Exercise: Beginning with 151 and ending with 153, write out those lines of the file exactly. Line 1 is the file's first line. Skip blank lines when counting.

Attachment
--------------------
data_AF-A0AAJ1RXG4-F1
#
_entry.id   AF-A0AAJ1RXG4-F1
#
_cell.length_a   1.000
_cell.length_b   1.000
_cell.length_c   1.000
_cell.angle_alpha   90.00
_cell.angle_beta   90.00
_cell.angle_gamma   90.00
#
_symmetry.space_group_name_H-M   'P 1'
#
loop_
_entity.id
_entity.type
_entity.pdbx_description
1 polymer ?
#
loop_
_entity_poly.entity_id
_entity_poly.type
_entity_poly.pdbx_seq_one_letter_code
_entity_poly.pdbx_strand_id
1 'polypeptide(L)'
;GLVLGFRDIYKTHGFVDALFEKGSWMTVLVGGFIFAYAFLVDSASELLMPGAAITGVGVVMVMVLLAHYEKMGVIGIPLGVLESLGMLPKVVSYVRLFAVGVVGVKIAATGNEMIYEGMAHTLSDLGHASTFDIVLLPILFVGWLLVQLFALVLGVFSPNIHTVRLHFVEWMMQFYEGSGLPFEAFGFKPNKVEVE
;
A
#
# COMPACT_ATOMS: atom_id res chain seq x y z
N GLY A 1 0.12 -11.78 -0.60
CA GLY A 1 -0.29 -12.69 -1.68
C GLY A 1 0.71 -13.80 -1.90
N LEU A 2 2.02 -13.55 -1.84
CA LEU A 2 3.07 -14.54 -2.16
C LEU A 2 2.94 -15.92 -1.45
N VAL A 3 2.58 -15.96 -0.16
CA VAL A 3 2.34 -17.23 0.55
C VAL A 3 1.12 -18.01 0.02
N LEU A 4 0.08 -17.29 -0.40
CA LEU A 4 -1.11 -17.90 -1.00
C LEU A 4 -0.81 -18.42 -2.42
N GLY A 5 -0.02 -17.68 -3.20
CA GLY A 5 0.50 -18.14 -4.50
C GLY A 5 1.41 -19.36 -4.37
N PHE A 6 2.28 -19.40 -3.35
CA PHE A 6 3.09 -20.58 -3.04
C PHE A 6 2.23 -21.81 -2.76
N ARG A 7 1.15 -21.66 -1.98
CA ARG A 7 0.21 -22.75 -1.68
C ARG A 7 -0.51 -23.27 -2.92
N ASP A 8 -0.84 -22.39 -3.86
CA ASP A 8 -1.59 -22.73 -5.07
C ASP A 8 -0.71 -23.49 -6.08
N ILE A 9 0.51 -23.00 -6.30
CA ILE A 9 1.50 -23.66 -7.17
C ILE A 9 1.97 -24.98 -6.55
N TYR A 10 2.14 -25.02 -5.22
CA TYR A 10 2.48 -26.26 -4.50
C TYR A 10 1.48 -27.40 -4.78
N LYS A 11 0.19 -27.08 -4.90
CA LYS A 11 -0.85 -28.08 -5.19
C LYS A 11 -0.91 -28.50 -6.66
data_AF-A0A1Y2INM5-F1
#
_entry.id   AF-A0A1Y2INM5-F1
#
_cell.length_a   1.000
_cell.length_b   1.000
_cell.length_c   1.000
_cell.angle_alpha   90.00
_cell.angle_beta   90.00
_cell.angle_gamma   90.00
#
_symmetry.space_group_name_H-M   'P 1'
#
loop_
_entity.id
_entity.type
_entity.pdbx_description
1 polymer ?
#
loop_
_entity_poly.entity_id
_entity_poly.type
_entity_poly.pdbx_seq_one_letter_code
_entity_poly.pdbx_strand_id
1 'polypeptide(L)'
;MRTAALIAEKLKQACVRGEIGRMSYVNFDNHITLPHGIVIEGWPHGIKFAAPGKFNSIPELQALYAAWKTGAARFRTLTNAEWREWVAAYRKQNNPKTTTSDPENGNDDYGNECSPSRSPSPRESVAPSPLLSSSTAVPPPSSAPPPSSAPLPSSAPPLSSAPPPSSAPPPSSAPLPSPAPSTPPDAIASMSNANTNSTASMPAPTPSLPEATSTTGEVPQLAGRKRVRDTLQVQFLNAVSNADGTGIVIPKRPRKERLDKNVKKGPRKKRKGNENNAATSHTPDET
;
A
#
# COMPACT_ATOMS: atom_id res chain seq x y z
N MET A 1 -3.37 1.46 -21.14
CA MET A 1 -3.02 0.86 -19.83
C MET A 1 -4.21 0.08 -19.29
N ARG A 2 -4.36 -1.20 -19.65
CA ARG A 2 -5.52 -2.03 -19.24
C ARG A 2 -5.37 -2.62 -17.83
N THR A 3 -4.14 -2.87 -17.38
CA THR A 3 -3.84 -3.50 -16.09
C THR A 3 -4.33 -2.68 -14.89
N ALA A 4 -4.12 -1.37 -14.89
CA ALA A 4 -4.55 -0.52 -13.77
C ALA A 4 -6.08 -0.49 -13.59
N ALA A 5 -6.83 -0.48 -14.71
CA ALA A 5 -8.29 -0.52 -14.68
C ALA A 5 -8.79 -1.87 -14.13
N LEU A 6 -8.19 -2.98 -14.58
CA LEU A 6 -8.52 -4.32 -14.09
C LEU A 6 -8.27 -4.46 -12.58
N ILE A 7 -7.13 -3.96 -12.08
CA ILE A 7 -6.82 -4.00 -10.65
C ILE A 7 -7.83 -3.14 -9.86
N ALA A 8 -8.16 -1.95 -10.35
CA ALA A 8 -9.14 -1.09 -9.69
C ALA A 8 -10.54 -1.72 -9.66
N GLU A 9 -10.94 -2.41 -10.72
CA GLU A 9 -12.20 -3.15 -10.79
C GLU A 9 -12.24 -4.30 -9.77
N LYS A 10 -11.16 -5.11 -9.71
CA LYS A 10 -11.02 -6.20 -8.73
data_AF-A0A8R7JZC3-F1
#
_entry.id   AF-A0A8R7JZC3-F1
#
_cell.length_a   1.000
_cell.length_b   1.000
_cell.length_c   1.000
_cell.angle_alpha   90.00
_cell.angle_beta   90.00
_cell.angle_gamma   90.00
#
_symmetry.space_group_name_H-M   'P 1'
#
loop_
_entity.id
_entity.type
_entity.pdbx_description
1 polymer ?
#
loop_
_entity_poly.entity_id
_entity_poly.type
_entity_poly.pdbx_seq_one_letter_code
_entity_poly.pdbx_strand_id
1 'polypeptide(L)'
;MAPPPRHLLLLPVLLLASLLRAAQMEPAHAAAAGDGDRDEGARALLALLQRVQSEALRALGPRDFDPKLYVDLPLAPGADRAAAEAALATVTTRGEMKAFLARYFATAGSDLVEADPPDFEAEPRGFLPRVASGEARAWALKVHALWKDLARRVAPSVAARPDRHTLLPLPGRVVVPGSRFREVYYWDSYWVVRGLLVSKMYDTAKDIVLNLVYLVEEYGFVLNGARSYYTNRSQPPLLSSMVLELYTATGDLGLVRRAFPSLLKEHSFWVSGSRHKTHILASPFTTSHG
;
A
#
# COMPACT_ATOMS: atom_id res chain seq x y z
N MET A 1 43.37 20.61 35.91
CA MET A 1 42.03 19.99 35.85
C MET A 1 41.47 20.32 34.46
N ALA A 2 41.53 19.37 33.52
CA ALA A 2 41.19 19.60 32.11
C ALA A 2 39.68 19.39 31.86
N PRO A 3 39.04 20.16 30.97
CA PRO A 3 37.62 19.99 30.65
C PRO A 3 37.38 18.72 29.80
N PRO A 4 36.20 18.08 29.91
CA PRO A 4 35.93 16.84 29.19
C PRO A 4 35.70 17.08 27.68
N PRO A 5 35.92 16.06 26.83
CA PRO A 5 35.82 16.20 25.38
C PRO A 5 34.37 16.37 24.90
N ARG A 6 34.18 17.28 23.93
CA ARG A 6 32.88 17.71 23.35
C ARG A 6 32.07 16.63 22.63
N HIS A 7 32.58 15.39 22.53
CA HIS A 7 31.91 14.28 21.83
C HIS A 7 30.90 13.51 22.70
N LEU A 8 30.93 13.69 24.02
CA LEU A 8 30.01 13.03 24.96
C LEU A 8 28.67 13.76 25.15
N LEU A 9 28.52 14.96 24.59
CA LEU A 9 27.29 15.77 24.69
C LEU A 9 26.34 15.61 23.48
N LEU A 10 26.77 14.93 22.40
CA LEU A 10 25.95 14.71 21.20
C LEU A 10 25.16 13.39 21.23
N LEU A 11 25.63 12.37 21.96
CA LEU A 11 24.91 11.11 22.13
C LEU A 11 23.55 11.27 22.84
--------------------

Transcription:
#
# COMPACT_ATOMS: atom_id res chain seq x y z
N MET A 1 43.37 20.61 35.91